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WASHINGTON — A two-year spending bill passed the Senate by a bipartisan 64 to 36 vote on Wednesday and will be sent to the president’s desk shortly, ensuring at least a temporary reprieve from the recurring budget crises that have consumed Washington for the last three years.
Sen. Patty Murray, D-Wash., and Rep. Paul Ryan, R-Wis., chairs of the Senate and House budget committees respectively, brokered the deal, which rolls back about $65 billion of the cuts imposed by the Budget Control Act of 2011 — known as the sequester — in 2014 and 2015. The compromise also includes $23 billion in additional deficit reduction over the next 10 years.
The bill passed the House last week by a wide bipartisan margin, 332–94.
The savings don’t come for free: They are achieved by provisions such as requiring new federal workers to pay more into their pensions, cutting benefits for military retirees under the age of 62 through an altered cost-of-living calculation, higher security fees for travelers to help defray the costs of the Transportation Security Administration and reduced government spending for oil and gas development research.
The expiration of emergency unemployment benefits goes unaddressed by the deal, which means 1.3 million long-term unemployed Americans will lose benefits effective Dec. 28 and have to wait until Congress takes up the matter when it reconvenes in January.
And lest anyone think the bill is a cure-all for Congress’ chronic brinksmanship, lawmakers will once again have to take up the matter of the debt ceiling in the spring, when the government’s borrowing authority reaches its limit again. The GOP is already motioning that it will want concessions from Democrats and President Barack Obama for its cooperation.
On the other hand, part of the Pentagon’s budget will be restored as part of the compromise, as will cuts to domestic discretionary programs, although the details have yet to be worked out in the appropriations process. In all, spending will be about $45 billion higher in 2014 than it would have been had the new budget not passed.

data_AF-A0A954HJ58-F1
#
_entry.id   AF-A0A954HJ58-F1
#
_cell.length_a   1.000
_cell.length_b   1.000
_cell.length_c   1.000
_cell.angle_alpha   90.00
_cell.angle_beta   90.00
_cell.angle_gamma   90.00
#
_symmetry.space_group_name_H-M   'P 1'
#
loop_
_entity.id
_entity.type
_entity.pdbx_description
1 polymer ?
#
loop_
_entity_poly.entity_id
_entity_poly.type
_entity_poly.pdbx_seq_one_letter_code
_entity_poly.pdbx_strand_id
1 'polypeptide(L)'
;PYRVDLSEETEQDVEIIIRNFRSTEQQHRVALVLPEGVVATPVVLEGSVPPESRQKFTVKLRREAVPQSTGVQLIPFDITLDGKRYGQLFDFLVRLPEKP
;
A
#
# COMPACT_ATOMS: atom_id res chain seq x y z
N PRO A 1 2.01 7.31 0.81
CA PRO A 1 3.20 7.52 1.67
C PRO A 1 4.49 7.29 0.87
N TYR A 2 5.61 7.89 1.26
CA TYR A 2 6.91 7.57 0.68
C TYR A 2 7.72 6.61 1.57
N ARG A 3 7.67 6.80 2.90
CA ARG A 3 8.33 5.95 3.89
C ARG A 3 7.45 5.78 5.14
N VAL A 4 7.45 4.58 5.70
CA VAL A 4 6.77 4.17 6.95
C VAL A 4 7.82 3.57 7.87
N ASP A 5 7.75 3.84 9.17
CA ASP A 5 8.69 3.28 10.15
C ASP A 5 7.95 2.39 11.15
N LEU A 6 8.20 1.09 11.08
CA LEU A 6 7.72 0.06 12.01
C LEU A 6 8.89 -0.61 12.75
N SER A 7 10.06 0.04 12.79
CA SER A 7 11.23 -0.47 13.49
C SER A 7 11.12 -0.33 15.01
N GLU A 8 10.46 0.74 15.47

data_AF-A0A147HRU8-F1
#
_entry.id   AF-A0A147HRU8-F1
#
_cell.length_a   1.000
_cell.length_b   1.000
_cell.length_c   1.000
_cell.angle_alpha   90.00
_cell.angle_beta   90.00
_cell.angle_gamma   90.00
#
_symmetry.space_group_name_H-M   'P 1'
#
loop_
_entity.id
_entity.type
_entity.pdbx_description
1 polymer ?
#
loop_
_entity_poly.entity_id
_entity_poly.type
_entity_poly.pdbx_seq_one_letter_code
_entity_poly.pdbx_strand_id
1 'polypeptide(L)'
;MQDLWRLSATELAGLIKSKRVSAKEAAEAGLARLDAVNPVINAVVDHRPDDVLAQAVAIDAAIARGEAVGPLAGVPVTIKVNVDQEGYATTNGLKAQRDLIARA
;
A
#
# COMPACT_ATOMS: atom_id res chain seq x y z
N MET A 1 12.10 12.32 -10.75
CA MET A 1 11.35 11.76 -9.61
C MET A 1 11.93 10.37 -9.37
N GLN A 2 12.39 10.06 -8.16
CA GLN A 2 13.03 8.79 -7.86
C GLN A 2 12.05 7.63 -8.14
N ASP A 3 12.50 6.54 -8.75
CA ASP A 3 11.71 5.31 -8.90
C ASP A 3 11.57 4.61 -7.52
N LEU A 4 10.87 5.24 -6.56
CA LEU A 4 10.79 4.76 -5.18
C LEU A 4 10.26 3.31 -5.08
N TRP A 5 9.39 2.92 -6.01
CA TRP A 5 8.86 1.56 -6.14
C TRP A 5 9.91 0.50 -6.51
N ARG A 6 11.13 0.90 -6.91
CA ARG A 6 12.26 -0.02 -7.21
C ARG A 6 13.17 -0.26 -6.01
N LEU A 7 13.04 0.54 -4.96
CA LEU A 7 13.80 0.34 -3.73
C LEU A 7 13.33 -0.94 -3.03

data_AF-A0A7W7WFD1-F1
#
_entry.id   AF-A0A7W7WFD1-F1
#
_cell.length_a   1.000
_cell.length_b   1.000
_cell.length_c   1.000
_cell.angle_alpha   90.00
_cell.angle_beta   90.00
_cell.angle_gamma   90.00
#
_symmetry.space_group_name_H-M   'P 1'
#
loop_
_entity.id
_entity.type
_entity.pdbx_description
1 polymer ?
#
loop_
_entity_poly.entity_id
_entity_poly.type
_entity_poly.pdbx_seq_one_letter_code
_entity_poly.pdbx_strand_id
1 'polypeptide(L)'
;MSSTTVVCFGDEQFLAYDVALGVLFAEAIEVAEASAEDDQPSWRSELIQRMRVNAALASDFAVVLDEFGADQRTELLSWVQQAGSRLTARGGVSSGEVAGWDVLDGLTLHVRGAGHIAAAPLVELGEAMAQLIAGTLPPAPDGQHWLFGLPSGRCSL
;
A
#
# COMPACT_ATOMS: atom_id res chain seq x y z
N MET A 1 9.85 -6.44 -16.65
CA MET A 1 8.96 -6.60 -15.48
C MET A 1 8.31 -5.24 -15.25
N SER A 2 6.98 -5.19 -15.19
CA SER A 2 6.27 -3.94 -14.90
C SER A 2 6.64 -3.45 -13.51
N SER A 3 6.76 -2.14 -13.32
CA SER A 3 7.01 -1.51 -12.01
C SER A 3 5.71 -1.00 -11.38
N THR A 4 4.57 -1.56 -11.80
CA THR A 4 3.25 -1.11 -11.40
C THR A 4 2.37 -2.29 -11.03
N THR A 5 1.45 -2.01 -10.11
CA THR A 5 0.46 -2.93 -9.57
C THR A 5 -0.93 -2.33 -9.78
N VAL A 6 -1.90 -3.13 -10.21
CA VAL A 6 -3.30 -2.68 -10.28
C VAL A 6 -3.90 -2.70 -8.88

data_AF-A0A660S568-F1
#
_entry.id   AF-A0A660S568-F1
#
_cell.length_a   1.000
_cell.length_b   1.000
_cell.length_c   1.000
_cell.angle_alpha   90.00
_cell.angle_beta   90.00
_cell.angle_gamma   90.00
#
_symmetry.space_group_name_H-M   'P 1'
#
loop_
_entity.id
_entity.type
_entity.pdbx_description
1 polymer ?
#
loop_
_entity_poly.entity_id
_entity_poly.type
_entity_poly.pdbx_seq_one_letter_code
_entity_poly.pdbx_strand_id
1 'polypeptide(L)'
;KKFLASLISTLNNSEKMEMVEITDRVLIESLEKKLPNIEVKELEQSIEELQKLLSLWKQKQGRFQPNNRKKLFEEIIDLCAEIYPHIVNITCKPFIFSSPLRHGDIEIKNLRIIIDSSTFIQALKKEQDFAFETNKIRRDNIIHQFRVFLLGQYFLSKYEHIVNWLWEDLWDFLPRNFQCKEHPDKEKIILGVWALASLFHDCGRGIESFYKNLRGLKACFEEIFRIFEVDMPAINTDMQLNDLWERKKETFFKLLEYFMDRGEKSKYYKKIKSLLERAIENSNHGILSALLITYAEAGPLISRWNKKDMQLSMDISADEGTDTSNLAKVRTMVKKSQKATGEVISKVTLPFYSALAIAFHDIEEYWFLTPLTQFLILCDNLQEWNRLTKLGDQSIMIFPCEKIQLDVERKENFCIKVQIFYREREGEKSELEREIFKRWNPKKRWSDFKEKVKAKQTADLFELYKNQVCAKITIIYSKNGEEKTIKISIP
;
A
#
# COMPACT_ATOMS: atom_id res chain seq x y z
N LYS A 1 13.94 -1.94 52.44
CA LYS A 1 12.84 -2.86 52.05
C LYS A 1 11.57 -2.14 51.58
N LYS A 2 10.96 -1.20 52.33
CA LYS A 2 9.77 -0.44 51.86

The final passage of the bill, with nary a tantrum in sight, was hailed as an accomplishment for a body that is unaccustomed to meeting even the barest of expectations. It seemed that it might be signaling a thaw in the icy relations between congressional Democrats and Republicans. The 113th Congress did, after all, shut down the government for 16 days and almost caused a catastrophic breach of the debt ceiling the last time it had to come to an agreement on funding the government.
Although the legislation itself is relatively modest and neither party gets anything significant on its wish list, the hope is that the deal will clear the way for more substantial bipartisan victories.
“It's a step forward that shows that there can be other breakthroughs and compromise if you take the time to know somebody, know what their passions are, and know how you can work together,” Murray said Sunday on NBC’s "Meet the Press." “Either one of us could have taken out and blown up and killed the other person politically. We agreed from the start we wouldn't do that. Very important to where we are today.”
Also encouraging to some observers was the willingness of House Speaker John Boehner, R-Ohio, to buck the conservative flank of his party this time around, and to openly criticize tea-party aligned conservative groups for panning the deal, saying, “They’ve lost all credibility.” Senate Majority Leader Harry Reid, D-Nev., called a vote for the resolution “a vote against extremism.”
“You’ve got to, you know, crawl before you can walk, before you can run,” Ryan said on “Meet the Press.”
Still, the deal only undoes the damage from earlier legislation and caps off the most unproductive session of Congress since World War II, undermining even the record for inactivity set by the previous Congress.